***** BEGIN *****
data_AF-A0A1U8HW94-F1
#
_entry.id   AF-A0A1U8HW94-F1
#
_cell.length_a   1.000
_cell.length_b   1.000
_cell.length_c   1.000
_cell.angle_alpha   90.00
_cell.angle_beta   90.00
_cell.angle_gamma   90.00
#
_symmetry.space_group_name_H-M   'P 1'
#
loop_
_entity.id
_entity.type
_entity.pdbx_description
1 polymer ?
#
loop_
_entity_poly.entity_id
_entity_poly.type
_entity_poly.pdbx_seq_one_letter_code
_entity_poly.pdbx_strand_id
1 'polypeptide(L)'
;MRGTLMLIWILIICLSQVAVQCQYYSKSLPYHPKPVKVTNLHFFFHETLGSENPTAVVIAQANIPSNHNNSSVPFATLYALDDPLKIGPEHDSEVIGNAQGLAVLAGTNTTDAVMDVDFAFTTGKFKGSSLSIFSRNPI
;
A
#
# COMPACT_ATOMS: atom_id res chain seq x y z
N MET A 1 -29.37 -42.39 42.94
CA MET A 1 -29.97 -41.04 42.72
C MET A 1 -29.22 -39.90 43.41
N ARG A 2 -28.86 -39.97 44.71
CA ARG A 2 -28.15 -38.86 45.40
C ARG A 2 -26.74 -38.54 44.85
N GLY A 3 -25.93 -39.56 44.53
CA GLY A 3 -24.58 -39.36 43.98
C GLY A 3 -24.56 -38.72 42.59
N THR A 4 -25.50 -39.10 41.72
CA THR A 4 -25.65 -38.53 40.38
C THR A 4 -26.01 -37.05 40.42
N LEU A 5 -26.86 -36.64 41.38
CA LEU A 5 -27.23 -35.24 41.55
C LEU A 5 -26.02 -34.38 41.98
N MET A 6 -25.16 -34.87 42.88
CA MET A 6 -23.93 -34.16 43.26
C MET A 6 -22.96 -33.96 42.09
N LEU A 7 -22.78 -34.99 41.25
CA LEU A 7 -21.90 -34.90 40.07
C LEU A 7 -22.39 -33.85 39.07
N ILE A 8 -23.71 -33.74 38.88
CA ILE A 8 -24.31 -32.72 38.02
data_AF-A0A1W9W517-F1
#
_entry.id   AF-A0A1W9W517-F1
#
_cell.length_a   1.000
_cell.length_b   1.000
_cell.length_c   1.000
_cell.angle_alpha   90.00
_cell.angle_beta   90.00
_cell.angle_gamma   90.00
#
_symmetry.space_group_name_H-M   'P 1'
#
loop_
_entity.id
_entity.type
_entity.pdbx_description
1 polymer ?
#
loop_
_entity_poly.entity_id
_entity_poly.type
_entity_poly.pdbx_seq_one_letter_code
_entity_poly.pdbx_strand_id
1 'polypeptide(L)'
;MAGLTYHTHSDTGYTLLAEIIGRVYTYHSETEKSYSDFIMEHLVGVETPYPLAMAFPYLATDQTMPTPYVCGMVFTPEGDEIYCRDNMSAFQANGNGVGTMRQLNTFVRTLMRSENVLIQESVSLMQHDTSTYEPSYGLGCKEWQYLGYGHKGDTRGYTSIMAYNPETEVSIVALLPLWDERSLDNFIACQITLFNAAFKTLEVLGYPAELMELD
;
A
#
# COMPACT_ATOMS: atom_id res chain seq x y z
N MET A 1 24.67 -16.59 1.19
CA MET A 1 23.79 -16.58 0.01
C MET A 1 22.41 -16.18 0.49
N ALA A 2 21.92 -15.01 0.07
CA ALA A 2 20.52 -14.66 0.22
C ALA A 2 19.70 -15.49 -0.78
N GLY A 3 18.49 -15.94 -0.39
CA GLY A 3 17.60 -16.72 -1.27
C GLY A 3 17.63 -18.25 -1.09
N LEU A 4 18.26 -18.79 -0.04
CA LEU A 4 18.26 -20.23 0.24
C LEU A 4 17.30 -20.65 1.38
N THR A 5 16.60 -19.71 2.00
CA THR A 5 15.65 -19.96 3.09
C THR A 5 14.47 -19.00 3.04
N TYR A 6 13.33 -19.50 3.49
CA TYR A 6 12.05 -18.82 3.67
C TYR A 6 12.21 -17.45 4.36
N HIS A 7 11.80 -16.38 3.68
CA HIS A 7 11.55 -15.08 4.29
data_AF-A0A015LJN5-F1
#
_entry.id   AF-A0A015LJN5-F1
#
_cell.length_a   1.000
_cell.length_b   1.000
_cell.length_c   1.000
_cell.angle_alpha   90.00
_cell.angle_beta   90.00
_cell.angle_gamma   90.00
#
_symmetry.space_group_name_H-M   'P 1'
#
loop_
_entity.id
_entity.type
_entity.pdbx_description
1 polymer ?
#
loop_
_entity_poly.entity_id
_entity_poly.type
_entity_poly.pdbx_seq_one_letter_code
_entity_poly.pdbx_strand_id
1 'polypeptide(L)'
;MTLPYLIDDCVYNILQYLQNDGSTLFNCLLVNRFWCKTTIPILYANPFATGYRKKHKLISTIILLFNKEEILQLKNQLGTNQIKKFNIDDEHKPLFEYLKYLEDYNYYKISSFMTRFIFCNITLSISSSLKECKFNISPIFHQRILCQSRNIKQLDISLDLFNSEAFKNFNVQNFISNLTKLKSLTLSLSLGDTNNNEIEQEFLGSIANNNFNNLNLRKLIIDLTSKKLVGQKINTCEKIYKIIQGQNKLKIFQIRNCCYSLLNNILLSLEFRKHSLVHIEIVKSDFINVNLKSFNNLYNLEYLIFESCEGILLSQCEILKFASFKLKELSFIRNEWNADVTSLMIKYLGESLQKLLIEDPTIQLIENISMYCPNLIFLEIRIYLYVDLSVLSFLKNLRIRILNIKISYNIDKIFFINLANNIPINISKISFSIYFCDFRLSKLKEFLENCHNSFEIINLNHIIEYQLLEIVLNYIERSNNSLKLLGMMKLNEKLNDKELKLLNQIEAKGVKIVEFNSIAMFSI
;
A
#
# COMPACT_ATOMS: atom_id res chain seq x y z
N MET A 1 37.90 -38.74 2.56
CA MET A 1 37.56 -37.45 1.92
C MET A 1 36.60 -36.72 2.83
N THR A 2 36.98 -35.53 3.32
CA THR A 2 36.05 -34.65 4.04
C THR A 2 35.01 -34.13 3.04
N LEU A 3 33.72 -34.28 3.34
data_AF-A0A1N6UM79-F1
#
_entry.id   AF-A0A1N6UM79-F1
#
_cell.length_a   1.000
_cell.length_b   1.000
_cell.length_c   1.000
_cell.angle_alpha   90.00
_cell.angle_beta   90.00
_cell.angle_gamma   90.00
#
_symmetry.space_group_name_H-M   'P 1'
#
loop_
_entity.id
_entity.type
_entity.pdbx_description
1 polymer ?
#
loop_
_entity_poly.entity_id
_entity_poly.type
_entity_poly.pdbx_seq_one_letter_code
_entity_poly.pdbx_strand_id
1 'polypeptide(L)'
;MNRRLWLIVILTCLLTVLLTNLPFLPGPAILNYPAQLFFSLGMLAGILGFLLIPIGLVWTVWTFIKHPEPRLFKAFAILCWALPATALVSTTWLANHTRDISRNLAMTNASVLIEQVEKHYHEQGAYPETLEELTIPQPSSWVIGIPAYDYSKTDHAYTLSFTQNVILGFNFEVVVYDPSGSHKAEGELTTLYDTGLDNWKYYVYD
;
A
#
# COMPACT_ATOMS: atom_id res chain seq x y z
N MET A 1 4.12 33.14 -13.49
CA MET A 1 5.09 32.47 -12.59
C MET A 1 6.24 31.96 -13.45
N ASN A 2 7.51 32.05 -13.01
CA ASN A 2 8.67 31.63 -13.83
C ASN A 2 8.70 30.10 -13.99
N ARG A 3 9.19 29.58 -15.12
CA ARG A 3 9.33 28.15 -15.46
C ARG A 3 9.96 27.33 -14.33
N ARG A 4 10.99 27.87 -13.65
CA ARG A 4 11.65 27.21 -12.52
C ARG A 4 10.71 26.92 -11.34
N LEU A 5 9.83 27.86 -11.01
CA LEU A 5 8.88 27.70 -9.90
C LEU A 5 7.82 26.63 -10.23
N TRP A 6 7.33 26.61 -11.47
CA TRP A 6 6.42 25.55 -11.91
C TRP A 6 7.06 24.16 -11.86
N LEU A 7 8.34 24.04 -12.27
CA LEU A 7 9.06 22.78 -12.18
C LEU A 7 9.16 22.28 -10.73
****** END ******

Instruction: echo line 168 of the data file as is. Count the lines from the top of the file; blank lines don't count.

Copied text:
A